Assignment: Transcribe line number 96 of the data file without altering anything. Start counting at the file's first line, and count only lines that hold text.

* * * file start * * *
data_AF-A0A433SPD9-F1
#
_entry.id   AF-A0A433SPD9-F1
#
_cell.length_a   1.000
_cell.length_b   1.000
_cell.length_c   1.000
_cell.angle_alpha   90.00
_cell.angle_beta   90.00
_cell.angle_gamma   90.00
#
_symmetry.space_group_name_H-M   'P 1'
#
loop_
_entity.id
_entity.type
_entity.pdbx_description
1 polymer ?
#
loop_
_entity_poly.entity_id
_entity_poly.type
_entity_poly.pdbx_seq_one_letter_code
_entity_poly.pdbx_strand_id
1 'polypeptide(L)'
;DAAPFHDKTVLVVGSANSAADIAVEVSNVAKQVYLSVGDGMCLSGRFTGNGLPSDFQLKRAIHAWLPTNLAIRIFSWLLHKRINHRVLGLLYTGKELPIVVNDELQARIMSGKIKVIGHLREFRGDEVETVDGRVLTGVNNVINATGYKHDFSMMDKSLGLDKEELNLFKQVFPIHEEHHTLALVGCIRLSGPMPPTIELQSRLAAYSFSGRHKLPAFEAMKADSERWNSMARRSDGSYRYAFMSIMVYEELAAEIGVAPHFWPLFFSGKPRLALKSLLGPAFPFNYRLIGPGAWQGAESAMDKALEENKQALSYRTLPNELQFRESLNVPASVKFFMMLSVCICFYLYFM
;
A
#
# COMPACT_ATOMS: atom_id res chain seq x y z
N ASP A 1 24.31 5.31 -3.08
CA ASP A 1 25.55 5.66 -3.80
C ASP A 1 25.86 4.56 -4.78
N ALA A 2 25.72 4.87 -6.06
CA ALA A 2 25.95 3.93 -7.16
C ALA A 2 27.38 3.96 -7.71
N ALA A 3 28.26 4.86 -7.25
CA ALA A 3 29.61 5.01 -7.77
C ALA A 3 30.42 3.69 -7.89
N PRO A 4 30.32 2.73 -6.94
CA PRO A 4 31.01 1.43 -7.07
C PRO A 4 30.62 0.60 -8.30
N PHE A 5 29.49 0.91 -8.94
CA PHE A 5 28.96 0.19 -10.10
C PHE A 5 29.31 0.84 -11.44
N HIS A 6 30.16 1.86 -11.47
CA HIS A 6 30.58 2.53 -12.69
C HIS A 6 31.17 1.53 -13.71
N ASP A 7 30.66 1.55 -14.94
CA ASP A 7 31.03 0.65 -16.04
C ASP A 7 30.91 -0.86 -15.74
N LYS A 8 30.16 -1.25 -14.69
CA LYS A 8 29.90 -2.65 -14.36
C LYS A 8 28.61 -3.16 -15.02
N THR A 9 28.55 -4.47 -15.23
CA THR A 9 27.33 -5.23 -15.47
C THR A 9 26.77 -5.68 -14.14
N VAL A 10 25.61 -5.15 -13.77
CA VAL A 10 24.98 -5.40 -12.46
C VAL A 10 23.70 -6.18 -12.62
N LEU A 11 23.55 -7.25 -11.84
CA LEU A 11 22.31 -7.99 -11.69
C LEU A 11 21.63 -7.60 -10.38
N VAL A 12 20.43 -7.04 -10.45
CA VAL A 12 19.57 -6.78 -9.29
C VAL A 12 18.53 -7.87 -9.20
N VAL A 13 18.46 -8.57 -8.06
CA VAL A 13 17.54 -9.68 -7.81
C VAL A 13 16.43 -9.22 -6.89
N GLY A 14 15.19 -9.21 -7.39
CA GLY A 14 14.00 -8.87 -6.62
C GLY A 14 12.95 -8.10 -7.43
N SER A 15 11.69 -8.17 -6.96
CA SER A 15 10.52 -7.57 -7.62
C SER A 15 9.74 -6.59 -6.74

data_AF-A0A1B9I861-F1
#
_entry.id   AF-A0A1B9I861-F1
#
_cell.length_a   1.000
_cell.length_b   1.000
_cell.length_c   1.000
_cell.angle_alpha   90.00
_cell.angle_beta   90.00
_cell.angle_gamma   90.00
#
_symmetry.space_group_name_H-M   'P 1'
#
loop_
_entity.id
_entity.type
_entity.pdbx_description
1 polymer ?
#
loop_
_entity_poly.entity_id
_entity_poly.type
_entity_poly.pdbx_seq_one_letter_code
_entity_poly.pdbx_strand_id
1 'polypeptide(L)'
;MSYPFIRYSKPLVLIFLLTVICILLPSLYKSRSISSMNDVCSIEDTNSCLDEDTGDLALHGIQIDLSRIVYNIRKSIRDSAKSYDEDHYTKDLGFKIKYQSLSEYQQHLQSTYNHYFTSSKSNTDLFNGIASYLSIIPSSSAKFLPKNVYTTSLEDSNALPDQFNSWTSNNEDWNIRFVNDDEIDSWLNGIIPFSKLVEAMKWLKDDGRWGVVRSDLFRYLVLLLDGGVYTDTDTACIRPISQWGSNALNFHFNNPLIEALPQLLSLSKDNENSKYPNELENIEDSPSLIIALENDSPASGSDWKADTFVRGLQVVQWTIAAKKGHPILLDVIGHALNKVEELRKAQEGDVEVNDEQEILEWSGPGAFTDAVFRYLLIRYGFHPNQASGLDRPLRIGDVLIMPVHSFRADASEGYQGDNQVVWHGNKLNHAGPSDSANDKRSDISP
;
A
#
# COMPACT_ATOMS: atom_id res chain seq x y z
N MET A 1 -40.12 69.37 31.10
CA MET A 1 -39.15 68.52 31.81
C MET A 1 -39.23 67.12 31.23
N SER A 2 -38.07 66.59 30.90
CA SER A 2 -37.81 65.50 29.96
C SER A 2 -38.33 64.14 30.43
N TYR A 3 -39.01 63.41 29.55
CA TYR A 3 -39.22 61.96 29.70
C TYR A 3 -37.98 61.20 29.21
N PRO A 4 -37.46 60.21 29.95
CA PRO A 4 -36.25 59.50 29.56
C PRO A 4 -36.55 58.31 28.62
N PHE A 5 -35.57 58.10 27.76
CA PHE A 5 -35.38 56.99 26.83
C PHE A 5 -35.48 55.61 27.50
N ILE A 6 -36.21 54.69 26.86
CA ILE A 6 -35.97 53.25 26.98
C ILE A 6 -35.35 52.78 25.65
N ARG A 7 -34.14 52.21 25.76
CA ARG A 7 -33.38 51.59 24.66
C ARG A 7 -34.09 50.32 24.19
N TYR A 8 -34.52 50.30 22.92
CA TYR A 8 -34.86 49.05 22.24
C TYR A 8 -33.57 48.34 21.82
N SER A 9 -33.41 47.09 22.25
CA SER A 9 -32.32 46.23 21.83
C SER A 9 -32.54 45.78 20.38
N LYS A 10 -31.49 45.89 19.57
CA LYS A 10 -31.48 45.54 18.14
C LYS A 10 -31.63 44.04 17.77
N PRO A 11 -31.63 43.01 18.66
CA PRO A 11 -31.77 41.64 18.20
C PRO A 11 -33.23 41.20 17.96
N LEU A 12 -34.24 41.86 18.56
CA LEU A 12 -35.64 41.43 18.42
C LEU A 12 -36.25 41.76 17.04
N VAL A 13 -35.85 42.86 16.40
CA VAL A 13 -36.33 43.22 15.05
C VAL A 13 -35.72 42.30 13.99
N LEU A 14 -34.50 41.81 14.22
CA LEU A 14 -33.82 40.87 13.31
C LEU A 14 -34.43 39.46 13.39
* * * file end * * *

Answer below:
_entity_poly.entity_id